These small lumps and bumps form when bacteria enters an open wound and causes an infection. Once an abscess appears, your pup will need to see a vet and take medicine to heal properly.

Worried about all these medical bills mounting up? Your specialist dog insurance can help cover costs in a medical emergency.

Flea and tick bites

Staying on top of flea treatments is the best way to combat these pests, but if you miss a dose, your puppy’s skin will pay the price.

Fleas multiply incredibly fast, and before you know it, your beloved pet can’t shake that itch. Some pups are even allergic to the pests, meaning a single bite could cause a severe reaction all over. We’ve got tips on banishing these bugs elsewhere on our site.

When it comes to ticks, you need to be extra careful. Remove any you spot on your dog with a proper tick removal tool, making sure you don’t squish them or leave the head behind. Why? Your pup could get Lyme disease.

The Kennel Club emphasises how the condition can become chronic and cause lifelong complications if left untreated, and no owner or their puppy wants that!


Your puppy has an adorable layer of soft fur that’ll protect them in the sun, right? Yes, mostly, but there are a few parts of their body where the skin is fully exposed, like the bridge of their nose and tummy.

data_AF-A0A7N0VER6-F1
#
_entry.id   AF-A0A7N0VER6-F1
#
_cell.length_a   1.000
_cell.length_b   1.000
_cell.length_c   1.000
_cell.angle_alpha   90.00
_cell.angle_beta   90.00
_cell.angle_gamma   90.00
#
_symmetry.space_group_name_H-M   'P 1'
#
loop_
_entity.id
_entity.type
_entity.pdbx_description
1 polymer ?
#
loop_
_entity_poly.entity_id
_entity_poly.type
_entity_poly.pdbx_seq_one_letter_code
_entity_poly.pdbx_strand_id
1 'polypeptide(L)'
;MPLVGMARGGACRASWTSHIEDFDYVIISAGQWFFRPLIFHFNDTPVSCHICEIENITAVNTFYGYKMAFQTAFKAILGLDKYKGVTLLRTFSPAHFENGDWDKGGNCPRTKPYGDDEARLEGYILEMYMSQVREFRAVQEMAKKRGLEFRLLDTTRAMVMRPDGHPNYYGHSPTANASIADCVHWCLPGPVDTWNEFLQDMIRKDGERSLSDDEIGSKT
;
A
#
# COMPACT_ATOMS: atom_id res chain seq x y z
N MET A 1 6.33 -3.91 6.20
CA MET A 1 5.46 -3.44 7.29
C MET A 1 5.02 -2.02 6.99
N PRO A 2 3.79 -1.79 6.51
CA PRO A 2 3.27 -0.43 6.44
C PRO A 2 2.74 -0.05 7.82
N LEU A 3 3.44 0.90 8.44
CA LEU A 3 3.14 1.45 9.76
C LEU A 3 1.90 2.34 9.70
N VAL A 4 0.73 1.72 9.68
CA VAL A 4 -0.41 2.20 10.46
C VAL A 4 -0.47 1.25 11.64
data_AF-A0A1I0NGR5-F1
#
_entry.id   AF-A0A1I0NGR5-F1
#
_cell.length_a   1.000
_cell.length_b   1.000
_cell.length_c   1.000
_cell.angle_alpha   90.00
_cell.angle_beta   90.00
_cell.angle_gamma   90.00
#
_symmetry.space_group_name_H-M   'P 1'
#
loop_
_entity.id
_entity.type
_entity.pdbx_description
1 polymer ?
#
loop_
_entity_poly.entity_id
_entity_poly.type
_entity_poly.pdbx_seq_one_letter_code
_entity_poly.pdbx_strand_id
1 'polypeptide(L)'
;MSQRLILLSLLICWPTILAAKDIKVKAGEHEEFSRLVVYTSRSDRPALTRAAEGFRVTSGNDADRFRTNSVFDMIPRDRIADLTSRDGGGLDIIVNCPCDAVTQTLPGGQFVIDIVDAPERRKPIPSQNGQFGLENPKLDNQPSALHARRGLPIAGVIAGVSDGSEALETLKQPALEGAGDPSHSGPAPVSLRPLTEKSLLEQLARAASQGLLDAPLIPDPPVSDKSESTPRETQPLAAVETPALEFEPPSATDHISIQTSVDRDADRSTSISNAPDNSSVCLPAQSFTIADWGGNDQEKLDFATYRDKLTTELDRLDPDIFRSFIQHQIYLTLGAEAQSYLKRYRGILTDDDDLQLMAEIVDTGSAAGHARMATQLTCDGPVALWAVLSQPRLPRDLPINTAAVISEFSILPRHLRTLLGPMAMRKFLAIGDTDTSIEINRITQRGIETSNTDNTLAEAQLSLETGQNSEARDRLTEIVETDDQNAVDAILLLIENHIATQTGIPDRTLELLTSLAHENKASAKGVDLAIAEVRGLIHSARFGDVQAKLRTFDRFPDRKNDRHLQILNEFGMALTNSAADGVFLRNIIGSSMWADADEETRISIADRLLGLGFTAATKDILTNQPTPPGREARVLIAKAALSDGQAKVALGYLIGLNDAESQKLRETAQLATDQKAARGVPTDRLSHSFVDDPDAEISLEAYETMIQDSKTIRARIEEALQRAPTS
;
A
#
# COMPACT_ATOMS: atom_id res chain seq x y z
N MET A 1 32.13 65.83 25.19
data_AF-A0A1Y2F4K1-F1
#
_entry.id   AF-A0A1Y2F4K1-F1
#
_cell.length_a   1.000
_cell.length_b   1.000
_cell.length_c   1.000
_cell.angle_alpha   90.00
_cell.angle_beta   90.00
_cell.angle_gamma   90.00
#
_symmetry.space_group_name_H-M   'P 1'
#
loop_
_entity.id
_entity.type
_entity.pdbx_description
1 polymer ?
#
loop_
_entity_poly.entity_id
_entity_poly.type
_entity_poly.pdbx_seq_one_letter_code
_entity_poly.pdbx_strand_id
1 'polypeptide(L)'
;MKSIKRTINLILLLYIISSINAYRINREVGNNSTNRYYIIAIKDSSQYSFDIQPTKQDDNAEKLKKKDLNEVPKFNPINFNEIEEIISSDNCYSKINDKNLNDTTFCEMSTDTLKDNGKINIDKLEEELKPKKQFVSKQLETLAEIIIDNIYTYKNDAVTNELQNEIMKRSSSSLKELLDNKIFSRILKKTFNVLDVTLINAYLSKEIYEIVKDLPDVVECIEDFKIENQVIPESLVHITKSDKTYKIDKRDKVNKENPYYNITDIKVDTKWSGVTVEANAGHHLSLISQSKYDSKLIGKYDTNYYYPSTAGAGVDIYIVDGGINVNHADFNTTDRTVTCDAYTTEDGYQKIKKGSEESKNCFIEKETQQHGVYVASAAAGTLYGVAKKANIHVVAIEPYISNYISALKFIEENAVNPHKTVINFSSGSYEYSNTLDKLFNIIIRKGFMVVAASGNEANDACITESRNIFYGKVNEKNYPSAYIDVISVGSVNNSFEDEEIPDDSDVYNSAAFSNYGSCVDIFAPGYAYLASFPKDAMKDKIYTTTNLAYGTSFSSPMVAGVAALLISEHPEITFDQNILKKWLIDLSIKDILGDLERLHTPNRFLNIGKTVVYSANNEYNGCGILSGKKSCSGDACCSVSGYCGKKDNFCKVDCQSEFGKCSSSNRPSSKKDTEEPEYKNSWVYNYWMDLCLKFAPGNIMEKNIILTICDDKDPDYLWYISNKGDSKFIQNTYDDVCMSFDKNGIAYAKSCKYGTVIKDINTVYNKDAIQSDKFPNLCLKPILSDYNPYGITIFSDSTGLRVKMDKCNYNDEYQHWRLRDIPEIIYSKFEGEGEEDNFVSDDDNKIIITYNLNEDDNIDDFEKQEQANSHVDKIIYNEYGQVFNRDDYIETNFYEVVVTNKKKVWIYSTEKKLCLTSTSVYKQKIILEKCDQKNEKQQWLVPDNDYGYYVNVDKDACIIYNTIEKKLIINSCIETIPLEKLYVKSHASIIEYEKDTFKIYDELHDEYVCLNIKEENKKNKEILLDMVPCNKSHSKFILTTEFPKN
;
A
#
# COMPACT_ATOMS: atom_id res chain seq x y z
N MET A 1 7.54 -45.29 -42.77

On hot, sunny days, check your pet spends plenty of time in shady spots and watch for:

  • Dry, cracked skin

  • Scratching in tender places

  • Whimpering

  • Shying away when you touch them

  • Fever if it’s severe

If you suspect your puppy has sunburn, give your vet a call. Got a fever? Take them in for a check to prevent it from getting worse.

How to check your puppy’s skin for problems

The best way to avoid skin conditions leading to something more serious is to regularly check your puppy’s fur and skin. This is easy to do when you settle in for a snuggle sesh each evening.

Gently run your hands up and down their body and ask yourself the following questions:

  • Is their coat smooth and soft?

  • Are there any unusual lumps or bumps on their skin?

  • Does your puppy flinch when you touch a certain area?

  • Do you notice any greasy or moist spots?

If you do come across something unusual, don’t panic. Your dog insurance is there to protect your pup in an emergency and helps in providing financial support, so get them seen by the .

Protect your pup with dog insurance from Purely Pets

dog laying out in the sun

From our 15 levels of protection to our dedicated online policy management portal, we make insuring your pup as easy as can be.

All our dog insurance policies come with access to 24/7 vet video consultations so you can get answers fast when you need them most.

Isn’t it time you protected your pup with award-winning dog insurance from the specialists?

Call the team at Purely Pets today!

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  • 98% claims paid *
  • Claims paid directly to vets
  • 24/7 vet video consultations
  • Interest free monthly payments